This should not be happening in 2018. We should be able to go about our business without being afraid of being killed for who we are. Religious institutions should not need to hire armed guards or security so their members can attend services and feel safe in doing so.
According to news reports, the accused gunmen was found with an AR-15 and a handgun. An AR-15 was also used in the shooting in Las Vegas and Florida. What will it take for our government to enact reasonable gun control laws? How many will die before we come to our senses?
Of course, you know who sounded Presidential, be we all know that he is part of the problem. His antisemitic dog whistles has allowed those who believe as shooter did that they are right.
This should be classified as a hate crime and if convicted, the shooter should receive the harshest legal penalty possible.
May the memory of those killed be a blessing and may we all see each other first and foremost as human beings.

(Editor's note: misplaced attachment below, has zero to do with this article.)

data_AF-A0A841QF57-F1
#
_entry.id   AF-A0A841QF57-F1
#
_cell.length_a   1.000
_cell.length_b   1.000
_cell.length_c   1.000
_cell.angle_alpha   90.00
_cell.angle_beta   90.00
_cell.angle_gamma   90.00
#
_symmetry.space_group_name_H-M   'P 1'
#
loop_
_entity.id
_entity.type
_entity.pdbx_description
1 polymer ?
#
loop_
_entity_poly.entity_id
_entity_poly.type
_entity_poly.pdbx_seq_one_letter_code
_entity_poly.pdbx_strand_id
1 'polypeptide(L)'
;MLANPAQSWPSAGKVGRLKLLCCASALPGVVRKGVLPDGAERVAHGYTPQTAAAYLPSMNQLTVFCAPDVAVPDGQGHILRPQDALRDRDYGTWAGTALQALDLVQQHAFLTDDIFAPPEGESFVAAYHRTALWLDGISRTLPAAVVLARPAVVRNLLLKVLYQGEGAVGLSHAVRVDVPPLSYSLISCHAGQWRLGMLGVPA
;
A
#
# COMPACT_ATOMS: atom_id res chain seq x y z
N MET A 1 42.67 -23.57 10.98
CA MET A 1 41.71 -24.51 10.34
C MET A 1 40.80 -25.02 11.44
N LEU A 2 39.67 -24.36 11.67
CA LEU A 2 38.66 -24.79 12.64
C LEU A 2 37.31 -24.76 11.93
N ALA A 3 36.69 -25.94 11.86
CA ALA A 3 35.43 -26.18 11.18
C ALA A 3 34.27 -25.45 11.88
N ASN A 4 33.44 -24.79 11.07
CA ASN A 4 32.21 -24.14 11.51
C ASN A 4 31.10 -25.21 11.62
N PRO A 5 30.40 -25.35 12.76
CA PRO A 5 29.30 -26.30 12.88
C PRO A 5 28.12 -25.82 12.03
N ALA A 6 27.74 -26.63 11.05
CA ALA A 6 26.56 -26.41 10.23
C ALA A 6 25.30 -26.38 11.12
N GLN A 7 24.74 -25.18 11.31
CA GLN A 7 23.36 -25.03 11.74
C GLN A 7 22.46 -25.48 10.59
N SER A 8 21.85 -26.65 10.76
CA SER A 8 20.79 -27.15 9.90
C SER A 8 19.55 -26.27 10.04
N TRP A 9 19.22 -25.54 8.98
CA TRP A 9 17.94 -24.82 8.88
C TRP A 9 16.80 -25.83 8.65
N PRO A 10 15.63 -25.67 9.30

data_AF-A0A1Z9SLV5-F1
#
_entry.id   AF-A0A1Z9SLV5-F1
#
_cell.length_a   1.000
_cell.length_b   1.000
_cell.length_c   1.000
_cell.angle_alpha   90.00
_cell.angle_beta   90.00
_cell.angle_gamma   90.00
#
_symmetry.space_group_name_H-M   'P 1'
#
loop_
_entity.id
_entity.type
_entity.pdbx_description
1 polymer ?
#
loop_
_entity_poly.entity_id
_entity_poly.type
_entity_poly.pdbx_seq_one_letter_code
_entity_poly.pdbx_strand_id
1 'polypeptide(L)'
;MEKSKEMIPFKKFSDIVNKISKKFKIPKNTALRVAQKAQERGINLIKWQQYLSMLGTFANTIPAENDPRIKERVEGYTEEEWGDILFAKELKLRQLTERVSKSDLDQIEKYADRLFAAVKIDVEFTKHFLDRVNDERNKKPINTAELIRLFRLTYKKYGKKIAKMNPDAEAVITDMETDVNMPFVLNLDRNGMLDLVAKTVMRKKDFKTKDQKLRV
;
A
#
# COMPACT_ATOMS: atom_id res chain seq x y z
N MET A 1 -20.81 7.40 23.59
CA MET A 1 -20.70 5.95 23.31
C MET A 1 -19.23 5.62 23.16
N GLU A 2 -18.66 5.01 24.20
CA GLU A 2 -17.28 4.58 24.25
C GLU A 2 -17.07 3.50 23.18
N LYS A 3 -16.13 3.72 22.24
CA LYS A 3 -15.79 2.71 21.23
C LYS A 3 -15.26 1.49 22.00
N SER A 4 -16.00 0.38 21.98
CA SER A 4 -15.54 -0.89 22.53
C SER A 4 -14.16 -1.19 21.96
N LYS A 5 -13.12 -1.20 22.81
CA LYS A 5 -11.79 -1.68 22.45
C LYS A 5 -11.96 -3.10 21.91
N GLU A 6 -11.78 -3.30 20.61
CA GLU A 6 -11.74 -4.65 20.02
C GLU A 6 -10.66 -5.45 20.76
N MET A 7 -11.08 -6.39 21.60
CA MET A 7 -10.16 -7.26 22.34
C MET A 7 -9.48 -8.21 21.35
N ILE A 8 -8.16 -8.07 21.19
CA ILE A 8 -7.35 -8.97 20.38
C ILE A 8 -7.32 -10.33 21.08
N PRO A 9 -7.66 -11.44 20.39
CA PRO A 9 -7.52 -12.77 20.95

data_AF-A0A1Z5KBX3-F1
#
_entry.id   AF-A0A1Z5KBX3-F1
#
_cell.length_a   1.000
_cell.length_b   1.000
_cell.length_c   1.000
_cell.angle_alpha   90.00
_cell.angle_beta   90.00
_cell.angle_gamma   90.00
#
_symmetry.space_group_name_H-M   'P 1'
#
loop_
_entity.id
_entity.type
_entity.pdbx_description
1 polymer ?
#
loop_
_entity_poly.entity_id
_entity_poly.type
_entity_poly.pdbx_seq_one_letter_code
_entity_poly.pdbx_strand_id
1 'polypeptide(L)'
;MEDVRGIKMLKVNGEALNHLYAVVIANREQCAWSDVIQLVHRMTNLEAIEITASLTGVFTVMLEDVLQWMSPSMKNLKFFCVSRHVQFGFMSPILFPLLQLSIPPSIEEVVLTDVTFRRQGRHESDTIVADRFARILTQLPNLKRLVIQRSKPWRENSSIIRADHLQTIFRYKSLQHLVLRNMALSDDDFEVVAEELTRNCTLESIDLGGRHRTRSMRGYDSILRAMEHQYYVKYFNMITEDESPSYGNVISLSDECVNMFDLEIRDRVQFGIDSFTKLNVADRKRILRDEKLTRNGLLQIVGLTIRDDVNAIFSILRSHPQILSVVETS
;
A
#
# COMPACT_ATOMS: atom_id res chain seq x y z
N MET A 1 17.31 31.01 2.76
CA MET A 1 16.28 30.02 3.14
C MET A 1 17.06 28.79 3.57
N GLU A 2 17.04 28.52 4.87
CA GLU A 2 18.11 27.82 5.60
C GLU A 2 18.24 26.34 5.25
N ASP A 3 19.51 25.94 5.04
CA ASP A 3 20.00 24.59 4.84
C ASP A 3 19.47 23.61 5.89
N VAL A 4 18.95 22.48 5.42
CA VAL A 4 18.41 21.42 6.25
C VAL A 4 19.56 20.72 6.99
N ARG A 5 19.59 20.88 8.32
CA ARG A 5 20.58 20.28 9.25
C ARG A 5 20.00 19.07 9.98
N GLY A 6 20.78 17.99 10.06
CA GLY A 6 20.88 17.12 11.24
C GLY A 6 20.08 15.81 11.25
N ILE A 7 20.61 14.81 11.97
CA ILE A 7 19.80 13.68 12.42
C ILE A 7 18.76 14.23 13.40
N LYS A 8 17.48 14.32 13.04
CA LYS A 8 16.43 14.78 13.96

I am going end this post with Shylock’s speech from The Merchant of Venice. Though this speech was written hundreds of years ago, it feels relevant today.
I am a Jew. Hath not a Jew eyes? Hath not a Jew hands, organs, dimensions, senses, affections, passions; fed with the same food, hurt with the same weapons, subject to the same diseases, healed by the same means, warmed and cooled by the same winter and summer as a Christian is? If you prick us, do we not bleed? If you tickle us, do we not laugh? If you poison us, do we not die? And if you wrong us, shall we not revenge? If we are like you in the rest, we will resemble you in that. If a Jew wrong a Christian, what is his humility? Revenge. If a Christian wrong a Jew, what should his sufferance be by Christian example? Why, revenge. The villainy you teach me, I will execute, and it shall go hard but I will better the instruction.-Act III, scene I